The resident of a small Fox Island cabin in the early part of the 20th century eventually caused reverberations the world over. Her presence can be seen at the Metropolitan Museum of Art in New York City, the Julliard School, the New York Public Library and the gardens of Giverny at Monet’s home in France.
Her legacy can especially be seen on grocery store check-out stands all over the world.
Lila Acheson Wallace, who moved to Fox Island in 1908 with her family, went on to found Reader’s Digest, which evolved into a small media empire. Her family cabin was moved to the grounds of the Fox Island Museum and Historical Society — with Wallace’s financial help — in 1977.
Wallace wrote to the historical society: “It’s very gracious of (the society) to want to move the log cabin which evokes so many happy memories for me and restore it to its original state. It’s a project which appeals to me very much.”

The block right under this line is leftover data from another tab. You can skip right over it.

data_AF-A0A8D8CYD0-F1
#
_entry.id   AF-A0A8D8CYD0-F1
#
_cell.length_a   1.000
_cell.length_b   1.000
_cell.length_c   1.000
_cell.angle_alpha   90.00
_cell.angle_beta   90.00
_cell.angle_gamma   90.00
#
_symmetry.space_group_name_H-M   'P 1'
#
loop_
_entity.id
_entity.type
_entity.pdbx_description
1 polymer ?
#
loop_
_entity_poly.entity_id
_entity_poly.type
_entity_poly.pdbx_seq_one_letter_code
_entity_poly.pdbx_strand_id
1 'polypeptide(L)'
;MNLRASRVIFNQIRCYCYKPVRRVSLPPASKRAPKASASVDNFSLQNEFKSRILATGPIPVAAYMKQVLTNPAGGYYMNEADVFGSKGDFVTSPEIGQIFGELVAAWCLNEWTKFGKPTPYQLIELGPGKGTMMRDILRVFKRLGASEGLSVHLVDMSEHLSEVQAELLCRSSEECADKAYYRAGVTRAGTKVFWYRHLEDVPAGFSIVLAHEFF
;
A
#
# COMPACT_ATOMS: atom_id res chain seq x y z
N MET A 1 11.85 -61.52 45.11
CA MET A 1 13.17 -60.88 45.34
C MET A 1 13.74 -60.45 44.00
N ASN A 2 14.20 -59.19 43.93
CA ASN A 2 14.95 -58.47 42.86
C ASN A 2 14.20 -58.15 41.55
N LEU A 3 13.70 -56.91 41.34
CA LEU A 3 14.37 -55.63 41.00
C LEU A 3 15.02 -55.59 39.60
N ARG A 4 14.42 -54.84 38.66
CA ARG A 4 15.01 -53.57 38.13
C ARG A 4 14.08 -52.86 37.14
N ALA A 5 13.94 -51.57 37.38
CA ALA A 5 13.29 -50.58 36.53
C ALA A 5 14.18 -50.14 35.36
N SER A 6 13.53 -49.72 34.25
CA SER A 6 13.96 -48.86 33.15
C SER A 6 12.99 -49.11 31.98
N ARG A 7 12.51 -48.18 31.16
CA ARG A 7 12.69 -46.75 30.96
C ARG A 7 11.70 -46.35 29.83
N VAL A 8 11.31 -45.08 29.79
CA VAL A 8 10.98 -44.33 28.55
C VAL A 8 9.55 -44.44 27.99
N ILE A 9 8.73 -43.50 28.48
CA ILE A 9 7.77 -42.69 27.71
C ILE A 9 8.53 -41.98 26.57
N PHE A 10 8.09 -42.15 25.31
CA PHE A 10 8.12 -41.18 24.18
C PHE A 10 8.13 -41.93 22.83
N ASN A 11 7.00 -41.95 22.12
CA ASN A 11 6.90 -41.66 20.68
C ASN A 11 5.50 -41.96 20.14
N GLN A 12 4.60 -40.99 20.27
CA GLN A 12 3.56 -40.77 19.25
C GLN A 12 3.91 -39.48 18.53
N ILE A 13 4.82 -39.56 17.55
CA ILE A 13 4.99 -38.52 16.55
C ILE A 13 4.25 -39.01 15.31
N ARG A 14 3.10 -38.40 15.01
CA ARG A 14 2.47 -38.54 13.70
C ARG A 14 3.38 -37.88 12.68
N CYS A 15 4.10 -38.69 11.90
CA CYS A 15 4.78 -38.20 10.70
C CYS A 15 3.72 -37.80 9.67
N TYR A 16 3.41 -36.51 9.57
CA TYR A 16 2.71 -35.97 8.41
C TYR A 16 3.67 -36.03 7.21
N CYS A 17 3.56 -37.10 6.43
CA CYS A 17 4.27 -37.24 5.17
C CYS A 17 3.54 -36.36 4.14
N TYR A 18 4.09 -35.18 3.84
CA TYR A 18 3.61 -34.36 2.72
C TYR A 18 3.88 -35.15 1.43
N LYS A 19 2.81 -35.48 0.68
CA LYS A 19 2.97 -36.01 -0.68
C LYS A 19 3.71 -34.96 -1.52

Never miss a local story.
Now in 2015, the cabin has gone into disrepair. When the chain that warns potential visitors away is unlocked, the front steps creak. The cabin is dark and musty inside, but still well-constructed.
“We have bugs and rodents and what have you,” said Karen Kretschmer, fundraising chairwoman for the cabin restoration project.
There’s something about the cabin, despite the issues inside. It is still intact and looks much as it did in 1908. The museum added period furniture when it was open years ago, so there’s an old tub and a dining table inside.
“(The cabin) represents a more authentic view into history because it’s so intact,” Kretschmer said.
The list of needed upkeep includes replacing some logs, the deck skirting and some floorboards. Kretschmer said another goal is to make the cabin compliant with the Americans with Disabilities ACT. The roof needs to be cleaned, vegetation needs to be pruned, and a broken window needs replacing.
While many cabins in the state are largely replicas, Kretschmer said, Wallace’s is preserved. The Fox Island Museum is hoping to restore it to its former incarnation and get it on the state’s list of historic places.
The historical society is in the middle of preparing grant applications to restore the cabin, but everything hangs on the historic registry decision.
“Right now we’re a little bit in limbo,” she said. “As soon as we hear from (the registry) ... that’s when we go out to bid.”